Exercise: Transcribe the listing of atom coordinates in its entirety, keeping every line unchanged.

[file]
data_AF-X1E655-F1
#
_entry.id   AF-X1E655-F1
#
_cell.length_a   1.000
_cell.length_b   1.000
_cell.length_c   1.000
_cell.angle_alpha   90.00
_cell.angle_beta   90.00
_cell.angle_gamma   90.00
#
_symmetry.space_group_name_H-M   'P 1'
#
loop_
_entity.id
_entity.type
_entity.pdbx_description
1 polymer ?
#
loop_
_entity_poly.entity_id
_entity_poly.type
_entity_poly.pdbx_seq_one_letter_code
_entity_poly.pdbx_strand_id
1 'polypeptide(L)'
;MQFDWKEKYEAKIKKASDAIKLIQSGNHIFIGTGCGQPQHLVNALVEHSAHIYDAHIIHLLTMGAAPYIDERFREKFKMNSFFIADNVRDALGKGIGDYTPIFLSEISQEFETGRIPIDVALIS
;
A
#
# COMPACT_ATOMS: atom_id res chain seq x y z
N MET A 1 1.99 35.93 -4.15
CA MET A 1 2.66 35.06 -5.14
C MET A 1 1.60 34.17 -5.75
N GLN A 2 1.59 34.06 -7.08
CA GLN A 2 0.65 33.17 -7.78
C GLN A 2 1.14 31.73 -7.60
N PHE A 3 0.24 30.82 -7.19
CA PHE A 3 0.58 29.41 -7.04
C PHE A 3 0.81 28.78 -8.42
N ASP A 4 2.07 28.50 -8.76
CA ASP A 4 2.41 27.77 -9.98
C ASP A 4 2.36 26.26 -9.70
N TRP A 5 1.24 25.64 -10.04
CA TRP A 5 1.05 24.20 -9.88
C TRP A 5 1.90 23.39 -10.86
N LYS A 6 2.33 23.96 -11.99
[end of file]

data_AF-X1E655-F1
#
_entry.id   AF-X1E655-F1
#
_cell.length_a   1.000
_cell.length_b   1.000
_cell.length_c   1.000
_cell.angle_alpha   90.00
_cell.angle_beta   90.00
_cell.angle_gamma   90.00
#
_symmetry.space_group_name_H-M   'P 1'
#
loop_
_entity.id
_entity.type
_entity.pdbx_description
1 polymer ?
#
loop_
_entity_poly.entity_id
_entity_poly.type
_entity_poly.pdbx_seq_one_letter_code
_entity_poly.pdbx_strand_id
1 'polypeptide(L)'
;MQFDWKEKYEAKIKKASDAIKLIQSGNHIFIGTGCGQPQHLVNALVEHSAHIYDAHIIHLLTMGAAPYIDERFREKFKMNSFFIADNVRDALGKGIGDYTPIFLSEISQEFETGRIPIDVALIS
;
A
#
# COMPACT_ATOMS: atom_id res chain seq x y z
N MET A 1 1.99 35.93 -4.15
CA MET A 1 2.66 35.06 -5.14
C MET A 1 1.60 34.17 -5.75
N GLN A 2 1.59 34.06 -7.08
CA GLN A 2 0.65 33.17 -7.78
C GLN A 2 1.14 31.73 -7.60
N PHE A 3 0.24 30.82 -7.19
CA PHE A 3 0.58 29.41 -7.04
C PHE A 3 0.81 28.78 -8.42
N ASP A 4 2.07 28.50 -8.76
CA ASP A 4 2.41 27.77 -9.98
C ASP A 4 2.36 26.26 -9.70
N TRP A 5 1.24 25.64 -10.04
CA TRP A 5 1.05 24.20 -9.88
C TRP A 5 1.90 23.39 -10.86
N LYS A 6 2.33 23.96 -11.99